Jerilderie Letter, p. 46

Irish people in the colonies were often treated badly by police and government bodies – here Ned describes, and expresses sympathy for, such treatment. Ned's reputation as a champion of the downtrodden may stem from his being well regarded by the disadvantaged Irish community.


Created 1879. Manuscript: letter.


Accession number: MS 13361


From the State Library of Victoria's Manuscript Collection.


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pulling their toe and finger nails and on the wheel. and every torture imaginable more was transported to Van Diemand's Land to pine their young lives away in starvation and misery among tyrants worse than the promised hell itself all of true blood bone and beauty, that was not murdered on their own soil, or had fled to America or other countries to bloom again another day, were doomed to Port Mcquarie Toweringabbie norfolk island and Emu plains and in those places of tyrany and condemnation many a blooming Irishman rather than subdue to the Saxon yoke Were flogged to death and bravely died in servile chains but true to the shamrock and a credit to Paddys land What would people say if I became a policeman and took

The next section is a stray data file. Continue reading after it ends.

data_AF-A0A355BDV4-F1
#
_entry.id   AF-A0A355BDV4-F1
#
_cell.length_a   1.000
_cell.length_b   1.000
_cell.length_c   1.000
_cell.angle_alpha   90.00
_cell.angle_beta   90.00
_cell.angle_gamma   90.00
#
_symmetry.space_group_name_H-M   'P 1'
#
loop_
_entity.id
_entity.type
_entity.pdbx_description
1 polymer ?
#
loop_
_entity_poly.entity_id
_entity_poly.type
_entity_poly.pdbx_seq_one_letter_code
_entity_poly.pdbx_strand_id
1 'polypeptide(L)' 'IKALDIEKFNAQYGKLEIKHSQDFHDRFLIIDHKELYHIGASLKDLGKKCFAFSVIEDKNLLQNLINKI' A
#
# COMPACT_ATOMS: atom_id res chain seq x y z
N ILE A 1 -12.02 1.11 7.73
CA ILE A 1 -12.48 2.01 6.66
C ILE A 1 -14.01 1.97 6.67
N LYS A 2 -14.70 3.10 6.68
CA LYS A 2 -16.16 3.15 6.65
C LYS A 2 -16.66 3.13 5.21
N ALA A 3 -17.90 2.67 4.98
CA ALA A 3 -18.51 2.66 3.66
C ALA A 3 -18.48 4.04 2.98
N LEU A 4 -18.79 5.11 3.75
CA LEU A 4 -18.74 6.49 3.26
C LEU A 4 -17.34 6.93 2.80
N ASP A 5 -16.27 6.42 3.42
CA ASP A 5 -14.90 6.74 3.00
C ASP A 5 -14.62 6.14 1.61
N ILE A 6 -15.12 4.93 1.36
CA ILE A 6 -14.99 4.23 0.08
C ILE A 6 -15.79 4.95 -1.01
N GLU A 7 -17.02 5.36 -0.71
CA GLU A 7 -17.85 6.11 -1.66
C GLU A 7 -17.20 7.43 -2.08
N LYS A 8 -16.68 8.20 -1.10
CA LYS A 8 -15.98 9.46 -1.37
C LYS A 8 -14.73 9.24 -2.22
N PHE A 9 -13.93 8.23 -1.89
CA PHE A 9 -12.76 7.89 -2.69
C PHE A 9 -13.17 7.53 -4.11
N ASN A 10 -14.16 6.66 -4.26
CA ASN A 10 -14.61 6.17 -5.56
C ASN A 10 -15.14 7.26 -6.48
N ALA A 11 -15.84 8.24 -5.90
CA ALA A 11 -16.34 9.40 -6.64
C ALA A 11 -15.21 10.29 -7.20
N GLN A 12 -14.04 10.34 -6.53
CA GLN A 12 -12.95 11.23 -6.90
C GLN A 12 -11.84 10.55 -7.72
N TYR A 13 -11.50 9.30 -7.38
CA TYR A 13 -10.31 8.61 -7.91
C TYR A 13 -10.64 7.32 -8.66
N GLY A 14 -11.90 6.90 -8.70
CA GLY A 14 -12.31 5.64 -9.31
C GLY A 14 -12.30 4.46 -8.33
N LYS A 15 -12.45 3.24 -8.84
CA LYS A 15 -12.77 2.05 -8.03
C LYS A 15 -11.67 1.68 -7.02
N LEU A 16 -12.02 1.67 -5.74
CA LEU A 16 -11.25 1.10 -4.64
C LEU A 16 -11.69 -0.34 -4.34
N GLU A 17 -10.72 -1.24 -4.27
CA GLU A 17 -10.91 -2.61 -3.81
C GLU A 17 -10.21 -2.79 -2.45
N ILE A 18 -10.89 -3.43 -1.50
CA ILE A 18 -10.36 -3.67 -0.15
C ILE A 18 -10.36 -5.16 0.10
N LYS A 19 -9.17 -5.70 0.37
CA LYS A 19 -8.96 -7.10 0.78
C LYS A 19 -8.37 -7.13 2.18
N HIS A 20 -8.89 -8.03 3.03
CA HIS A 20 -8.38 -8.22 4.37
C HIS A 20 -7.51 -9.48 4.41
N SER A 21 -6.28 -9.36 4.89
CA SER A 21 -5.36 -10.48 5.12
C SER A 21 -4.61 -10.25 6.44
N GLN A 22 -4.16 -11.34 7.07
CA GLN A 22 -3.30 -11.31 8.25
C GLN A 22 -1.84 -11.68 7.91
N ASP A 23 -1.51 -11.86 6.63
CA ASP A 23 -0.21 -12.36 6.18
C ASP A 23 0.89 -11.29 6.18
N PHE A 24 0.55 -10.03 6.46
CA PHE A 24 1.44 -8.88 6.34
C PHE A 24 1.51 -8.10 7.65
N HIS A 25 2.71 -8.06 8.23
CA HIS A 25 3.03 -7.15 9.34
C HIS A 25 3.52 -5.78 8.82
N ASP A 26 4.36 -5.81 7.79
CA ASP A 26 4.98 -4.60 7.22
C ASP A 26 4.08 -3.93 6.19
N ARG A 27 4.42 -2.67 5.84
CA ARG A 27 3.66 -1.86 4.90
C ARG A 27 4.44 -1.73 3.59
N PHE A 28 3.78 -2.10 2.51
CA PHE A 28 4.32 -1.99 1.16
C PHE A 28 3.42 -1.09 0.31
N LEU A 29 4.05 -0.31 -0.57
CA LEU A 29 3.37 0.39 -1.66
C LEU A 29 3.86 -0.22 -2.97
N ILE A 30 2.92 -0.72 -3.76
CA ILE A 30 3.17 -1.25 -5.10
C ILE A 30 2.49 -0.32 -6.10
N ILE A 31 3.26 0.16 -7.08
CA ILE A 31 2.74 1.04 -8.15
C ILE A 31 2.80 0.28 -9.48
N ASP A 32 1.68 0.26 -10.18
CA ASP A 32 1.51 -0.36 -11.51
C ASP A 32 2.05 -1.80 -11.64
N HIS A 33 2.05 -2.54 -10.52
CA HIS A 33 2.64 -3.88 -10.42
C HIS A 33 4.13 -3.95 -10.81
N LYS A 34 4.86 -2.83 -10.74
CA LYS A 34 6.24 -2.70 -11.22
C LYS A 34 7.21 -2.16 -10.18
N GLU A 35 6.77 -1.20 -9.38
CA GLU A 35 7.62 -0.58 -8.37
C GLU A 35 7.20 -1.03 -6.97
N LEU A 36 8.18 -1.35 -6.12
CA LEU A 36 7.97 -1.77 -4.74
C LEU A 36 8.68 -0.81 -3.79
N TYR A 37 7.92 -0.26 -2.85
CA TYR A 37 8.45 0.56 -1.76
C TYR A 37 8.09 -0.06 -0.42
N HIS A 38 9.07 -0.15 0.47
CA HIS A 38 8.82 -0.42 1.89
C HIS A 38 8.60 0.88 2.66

Ned Kelly's Jerilderie letter